restrictive
 
 Jakarta's charter is * already * that restricted.
 The contract between
 the ASF and the Jakarta PMC reads that Jakarta is
 "charged with the
 creation and maintenance of open-source Java
 Servlet-related software
 for distribution at no charge to the public." 

Agreed, many Jakarta projects are currently out of
scope according to the current charter.

 As you pointed out,  the Jakarta PMC has exceed its
 original charter.
 The ASF board chairman has raised an exception, and
 presented two
 alternatives: (1) A broader charter or (2) More
 PMCs. 
 
 Some people seem to like the idea of a broader
 charter. Other people
 have said they don't. I'm just suggesting that as a
 followup to Roy's
 suggestion (2) that we consider whether chartering
 Java-Apache for the
 out-of-scope projects makes any sense. 

Thanks to Jon for clarifying the deprecation of the
java.apache.org domain.  The current Jakarta site
states:

  The older Java Apache Project will have its 
  projects merged into the Jakarta Project 
  in the near future (no set date). For more 
  information please see the announcement on that
  website. 

If this is still the case, fine.  If not, we need a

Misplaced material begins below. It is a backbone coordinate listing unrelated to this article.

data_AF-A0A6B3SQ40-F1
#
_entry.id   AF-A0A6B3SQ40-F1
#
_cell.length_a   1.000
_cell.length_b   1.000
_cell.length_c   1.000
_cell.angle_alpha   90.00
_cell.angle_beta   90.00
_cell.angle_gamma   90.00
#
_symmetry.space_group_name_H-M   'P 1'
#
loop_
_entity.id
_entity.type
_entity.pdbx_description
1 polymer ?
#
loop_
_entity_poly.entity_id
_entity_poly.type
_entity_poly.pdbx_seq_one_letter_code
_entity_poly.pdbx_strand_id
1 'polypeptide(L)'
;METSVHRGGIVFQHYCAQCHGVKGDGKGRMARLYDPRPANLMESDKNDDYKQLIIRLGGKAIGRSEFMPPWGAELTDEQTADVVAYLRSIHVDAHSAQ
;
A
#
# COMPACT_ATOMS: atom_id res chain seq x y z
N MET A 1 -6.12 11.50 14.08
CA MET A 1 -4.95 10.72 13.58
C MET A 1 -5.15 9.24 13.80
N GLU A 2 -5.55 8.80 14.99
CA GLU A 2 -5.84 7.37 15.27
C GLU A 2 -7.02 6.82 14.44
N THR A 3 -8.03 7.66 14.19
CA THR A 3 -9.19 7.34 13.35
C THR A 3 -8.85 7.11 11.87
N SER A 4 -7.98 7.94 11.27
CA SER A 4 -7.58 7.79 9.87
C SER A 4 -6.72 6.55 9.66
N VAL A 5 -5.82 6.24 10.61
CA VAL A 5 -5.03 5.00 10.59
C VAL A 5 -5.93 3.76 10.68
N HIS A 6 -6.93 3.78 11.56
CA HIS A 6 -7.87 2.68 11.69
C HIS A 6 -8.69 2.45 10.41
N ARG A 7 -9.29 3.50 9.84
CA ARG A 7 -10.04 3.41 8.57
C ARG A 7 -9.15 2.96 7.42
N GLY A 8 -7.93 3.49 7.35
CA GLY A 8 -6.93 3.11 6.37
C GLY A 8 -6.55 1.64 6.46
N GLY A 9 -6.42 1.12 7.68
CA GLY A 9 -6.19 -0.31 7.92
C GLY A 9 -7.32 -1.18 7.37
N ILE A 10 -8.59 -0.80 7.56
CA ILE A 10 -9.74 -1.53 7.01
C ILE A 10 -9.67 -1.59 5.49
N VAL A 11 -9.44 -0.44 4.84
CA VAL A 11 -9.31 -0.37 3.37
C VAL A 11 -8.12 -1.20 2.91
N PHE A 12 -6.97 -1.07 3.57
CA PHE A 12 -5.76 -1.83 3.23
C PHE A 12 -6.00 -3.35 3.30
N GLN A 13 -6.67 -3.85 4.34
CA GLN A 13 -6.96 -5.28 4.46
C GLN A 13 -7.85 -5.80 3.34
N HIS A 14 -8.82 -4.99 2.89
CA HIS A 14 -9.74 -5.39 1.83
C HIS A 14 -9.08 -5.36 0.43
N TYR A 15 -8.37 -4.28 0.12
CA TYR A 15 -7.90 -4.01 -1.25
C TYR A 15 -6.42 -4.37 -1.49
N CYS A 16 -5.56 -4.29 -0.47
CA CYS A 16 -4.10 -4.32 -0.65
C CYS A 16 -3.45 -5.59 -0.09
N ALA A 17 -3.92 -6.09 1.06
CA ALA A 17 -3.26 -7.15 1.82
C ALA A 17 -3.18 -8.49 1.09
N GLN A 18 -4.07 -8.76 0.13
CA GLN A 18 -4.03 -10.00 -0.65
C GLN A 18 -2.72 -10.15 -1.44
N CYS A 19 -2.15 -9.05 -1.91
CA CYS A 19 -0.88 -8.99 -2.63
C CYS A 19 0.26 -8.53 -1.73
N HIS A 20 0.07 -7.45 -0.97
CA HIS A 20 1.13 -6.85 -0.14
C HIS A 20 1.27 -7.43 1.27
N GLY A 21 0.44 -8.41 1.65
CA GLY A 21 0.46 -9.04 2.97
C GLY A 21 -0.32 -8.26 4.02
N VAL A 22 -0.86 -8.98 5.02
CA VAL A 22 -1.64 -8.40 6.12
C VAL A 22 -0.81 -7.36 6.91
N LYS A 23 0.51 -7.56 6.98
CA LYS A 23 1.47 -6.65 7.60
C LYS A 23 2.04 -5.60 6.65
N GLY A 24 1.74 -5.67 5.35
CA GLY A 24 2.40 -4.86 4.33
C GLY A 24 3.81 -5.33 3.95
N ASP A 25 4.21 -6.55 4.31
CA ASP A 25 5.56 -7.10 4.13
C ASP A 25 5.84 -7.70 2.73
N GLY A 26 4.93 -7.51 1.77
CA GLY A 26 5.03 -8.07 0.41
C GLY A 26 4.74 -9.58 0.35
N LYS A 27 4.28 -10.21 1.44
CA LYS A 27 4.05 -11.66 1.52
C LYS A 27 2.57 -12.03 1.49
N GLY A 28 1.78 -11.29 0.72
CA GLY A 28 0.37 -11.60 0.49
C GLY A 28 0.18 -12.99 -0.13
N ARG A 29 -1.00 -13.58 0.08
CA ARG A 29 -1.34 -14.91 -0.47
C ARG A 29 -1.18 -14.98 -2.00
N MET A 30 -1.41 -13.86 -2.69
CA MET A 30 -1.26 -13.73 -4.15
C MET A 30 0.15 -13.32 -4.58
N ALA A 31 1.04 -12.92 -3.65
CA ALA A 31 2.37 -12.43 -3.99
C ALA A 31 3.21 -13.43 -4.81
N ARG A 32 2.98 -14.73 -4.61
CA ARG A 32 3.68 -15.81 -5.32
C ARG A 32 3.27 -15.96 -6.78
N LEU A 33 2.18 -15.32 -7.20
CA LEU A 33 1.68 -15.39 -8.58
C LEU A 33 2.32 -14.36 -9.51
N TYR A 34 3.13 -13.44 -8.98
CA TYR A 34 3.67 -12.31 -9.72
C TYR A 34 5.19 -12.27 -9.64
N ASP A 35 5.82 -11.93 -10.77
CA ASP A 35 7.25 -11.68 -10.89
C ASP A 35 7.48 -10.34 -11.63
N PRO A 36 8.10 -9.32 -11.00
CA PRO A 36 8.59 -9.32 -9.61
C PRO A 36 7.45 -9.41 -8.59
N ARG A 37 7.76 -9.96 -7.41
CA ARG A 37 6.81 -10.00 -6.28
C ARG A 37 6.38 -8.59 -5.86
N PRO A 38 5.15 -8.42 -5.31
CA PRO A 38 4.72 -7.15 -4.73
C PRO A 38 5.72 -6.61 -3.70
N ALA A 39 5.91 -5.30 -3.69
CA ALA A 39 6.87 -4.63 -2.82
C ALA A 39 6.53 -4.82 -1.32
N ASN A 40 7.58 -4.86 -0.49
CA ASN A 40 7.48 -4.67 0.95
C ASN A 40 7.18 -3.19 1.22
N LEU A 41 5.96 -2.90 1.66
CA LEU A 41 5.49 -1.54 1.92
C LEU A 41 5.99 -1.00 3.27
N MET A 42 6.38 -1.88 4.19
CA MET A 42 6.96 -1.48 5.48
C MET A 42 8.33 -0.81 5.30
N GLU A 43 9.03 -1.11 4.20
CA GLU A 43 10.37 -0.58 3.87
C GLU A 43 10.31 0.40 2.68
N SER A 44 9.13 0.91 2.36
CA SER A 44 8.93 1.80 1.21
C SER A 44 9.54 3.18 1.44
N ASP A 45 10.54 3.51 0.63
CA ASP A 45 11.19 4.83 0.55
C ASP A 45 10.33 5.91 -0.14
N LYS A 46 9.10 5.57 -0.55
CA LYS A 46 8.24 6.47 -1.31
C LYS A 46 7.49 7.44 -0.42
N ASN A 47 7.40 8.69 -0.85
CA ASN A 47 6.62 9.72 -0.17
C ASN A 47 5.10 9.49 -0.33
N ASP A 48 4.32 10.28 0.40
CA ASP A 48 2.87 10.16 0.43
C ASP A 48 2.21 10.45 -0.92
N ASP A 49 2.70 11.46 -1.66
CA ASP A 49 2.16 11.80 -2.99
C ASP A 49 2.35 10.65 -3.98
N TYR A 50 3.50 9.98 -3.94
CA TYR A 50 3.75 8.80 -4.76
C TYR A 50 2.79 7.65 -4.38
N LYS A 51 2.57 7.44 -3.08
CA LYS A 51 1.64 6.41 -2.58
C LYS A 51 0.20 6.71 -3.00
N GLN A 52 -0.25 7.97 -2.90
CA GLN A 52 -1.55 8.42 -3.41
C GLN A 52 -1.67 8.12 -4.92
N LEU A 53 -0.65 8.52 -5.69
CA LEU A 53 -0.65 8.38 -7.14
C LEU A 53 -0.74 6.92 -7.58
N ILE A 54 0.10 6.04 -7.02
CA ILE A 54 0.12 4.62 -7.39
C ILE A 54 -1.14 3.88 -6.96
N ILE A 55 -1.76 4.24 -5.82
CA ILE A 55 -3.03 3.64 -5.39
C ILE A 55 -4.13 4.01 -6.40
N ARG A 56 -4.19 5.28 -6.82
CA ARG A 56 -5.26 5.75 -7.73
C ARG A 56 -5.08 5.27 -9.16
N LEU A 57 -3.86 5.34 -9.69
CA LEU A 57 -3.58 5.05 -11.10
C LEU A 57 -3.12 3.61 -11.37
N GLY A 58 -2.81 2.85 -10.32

new plan of action, since clearly java.apache.org
needs to go away.

 Really, if you limit the scope of the Jakarta
 project to Servlet-based
 technologies, the list of in-scope projects is very
 short:
 
 But, is that a bad thing?

It's too specific.  See next comment.

 projects like Slide and Struts, which only deal
 with servlets in part
 
 I can't vouch for Slide, but Struts is definately
 Java Servlet-related
 software.

I didn't say there weren't servlet-related components
in Struts, I'm saying there's a lot more in Struts
than servlet stuff; hence you can easily argue that
Struts is not entirely in-scope.  Much of Struts deals
with servlets, but Struts also provides frameworks for
XML parsing and database pooling, correct?  Since
these are not specifically servlet-related, they would
have to be removed from the project.

I'm not arguing for Jakarta becoming the one giant
Java project, I'm just saying that a Servlet-oriented
charter is too inflexible.  I'd rather see a charter
that focuses on Java servers and related tools (and I
think Ant in particular may not fit, but that's
another argument).

- Morgan